Media agencies argue Mirror will miss editor

Media agencies have reacted with concern to the ousting of the Daily Mirror editor, Piers Morgan, arguing that the title will miss his high profile.

Morgan, perhaps the most easily recognised UK newspaper editor thanks to his many appearances on national TV, was sacked by the Trinity Mirror chief executive, Sly Bailey, last week over the publication of fake pictures purporting to show UK troops abusing Iraqi prisoners.

Ian Tournes, the press director at Starcom MediaVest, said: "Morgan has done a lot for the Mirror. He's the most famous newspaper editor and a great self-publicist and has helped to get readers to pick up the paper."

Jane Wolfson, the non-broadcast director at Initiative, said: "His departure is a loss but you can get to a situation where the editor becomes bigger than the paper. That happened a little with the Mirror's anti-war policy."

Morgan was fired last Friday, after he had lost the confidence of the Trinity Mirror board following the newspaper's publication of the fake pictures. Des Kelly, previously the deputy editor, was appointed as the acting editor.

A statement from Trinity Mirror said: "The Daily Mirror published in good faith photographs which it absolutely believed were genuine images of British soldiers abusing an Iraqi prisoner. However, there is now sufficient evidence to suggest that these pictures are fakes and that the Daily Mirror has been the subject of a calculated and malicious hoax."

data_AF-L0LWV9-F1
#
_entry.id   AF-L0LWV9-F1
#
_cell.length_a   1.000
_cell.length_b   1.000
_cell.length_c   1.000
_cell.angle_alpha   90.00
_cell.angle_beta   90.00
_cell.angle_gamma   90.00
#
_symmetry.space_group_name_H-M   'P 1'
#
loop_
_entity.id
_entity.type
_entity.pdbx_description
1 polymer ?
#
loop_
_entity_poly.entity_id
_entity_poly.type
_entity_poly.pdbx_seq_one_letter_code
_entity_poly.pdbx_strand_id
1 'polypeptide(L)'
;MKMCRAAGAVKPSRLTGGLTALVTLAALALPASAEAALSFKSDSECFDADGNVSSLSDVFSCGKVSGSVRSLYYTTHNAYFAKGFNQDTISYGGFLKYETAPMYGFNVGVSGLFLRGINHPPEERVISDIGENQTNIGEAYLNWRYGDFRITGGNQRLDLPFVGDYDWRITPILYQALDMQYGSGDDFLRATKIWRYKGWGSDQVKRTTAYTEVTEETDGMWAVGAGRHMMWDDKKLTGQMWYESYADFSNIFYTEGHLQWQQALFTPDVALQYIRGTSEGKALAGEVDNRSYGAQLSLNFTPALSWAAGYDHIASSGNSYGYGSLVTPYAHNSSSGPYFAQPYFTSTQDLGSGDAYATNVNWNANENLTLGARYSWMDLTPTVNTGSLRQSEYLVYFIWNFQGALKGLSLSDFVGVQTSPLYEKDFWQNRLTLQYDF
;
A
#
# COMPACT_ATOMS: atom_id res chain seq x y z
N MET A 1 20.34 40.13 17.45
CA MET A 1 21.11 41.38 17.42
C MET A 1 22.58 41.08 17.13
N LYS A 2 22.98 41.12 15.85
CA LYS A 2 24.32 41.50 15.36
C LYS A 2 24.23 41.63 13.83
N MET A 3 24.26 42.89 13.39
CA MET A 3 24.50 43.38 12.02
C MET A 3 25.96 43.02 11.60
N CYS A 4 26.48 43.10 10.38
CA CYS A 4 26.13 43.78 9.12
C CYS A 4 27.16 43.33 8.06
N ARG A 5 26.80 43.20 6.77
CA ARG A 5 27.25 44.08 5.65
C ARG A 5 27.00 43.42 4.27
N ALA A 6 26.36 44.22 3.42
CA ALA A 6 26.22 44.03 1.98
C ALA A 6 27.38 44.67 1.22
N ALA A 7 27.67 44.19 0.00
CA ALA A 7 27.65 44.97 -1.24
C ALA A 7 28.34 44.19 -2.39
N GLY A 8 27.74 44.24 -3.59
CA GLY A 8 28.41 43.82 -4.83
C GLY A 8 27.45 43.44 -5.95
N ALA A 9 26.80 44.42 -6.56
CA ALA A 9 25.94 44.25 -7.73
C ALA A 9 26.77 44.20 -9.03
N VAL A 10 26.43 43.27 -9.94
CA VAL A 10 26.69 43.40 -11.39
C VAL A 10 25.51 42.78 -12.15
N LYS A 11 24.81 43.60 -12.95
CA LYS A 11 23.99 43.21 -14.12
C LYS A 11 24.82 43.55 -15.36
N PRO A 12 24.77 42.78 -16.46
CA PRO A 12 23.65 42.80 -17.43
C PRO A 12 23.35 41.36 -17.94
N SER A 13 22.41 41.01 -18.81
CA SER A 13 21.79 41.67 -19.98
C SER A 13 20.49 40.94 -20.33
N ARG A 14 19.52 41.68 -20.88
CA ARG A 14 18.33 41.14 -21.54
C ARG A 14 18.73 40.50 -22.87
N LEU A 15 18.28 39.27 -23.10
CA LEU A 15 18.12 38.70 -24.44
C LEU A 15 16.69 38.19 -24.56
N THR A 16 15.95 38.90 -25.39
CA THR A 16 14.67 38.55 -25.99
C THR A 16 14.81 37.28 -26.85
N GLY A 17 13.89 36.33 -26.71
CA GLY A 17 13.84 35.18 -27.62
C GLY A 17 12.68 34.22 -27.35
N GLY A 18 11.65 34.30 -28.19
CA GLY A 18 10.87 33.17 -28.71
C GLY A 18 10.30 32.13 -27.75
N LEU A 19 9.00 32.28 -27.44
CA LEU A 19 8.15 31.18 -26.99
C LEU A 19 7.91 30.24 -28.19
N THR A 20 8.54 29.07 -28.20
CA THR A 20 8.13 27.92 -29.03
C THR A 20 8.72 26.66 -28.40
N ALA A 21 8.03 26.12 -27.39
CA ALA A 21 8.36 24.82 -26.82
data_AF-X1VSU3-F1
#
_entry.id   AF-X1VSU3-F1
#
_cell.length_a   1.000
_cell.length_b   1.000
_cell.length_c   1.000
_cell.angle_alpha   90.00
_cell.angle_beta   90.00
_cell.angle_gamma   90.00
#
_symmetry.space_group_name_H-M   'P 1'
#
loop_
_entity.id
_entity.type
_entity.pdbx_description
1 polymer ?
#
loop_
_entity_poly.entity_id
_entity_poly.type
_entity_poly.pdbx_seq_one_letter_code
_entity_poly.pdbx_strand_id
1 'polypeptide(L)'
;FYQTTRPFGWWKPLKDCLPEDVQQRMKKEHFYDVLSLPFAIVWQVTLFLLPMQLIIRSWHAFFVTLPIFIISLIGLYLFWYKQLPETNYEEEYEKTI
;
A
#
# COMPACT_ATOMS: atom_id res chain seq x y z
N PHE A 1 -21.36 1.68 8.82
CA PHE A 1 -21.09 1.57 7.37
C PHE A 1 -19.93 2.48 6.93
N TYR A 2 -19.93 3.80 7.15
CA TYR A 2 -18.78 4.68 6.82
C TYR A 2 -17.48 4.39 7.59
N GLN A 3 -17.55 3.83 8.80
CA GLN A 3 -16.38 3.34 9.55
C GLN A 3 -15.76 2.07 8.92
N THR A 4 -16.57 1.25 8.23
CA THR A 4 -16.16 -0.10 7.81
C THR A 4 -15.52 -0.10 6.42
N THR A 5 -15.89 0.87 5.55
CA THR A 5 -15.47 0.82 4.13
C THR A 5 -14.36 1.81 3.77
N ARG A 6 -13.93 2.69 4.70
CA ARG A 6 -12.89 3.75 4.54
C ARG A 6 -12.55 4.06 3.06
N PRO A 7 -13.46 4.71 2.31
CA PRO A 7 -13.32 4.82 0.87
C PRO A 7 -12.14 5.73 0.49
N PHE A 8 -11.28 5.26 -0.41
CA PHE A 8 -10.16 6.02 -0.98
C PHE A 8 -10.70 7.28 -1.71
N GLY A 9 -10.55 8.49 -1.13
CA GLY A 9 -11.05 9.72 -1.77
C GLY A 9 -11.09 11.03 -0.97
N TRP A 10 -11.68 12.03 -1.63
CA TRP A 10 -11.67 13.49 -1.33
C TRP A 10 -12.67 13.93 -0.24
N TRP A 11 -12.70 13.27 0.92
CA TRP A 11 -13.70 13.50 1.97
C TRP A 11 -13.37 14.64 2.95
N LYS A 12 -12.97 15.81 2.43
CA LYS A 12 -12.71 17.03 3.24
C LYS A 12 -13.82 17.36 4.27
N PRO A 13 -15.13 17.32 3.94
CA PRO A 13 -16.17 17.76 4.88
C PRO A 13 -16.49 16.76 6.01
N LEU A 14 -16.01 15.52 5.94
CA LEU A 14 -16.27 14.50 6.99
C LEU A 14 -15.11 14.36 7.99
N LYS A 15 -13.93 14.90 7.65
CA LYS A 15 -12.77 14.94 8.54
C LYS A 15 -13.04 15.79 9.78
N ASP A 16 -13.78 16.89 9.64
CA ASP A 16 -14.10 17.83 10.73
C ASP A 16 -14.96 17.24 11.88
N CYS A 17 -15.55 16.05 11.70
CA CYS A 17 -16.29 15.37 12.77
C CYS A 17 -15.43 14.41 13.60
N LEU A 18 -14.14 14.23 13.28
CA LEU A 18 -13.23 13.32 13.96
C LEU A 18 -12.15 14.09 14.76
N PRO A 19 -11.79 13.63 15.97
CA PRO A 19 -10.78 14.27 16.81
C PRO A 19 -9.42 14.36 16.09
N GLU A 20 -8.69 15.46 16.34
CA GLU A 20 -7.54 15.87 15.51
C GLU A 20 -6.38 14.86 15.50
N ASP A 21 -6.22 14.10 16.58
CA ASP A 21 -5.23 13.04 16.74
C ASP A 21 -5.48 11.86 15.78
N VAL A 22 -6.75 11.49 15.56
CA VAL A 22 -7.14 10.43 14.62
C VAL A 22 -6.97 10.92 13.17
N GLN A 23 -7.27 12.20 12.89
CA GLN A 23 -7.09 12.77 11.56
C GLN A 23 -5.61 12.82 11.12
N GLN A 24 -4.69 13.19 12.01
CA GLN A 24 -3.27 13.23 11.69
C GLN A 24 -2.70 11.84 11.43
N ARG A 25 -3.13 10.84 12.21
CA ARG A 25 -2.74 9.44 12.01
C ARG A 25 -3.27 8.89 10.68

It added: "It would be inappropriate for Piers Morgan to continue in his role as editor of the Daily Mirror and he will therefore be stepping down with immediate effect."

Reports have suggested that frontrunners to replace Morgan, along with Kelly, are The People editor, Mark Thomas, and Phil Hall, the former News of the World editor. News International will also be concerned that the Mirror may consider the News of the World editor, Andy Coulson.

During almost nine years as the editor of the Mirror, Morgan, 39, was unable to address its falling circulation despite recent exclusives such as Paul Burrell's diary and its "Royal Footman" story. Its April 2004 sales were down 2 per cent to 1,888,145. He also attracted criticism for the title's anti-war stance.

Tournes said that the Mirror might face a backlash from readers over the Iraq story: "I wouldn't think clients will stop spending because of this, but some readers will be thinking negatively and may consider other papers."

As for the future, Wolfson said: "An editor who is more open to the needs of advertisers would be good from an advertiser view, but in terms of marketing to readers it needs to be more objective."

Alison Wright, the managing director of Manning Gottlieb OMD, said: "It's important for advertisers that it sorts itself out, to make sure that The Sun has some decent competition."

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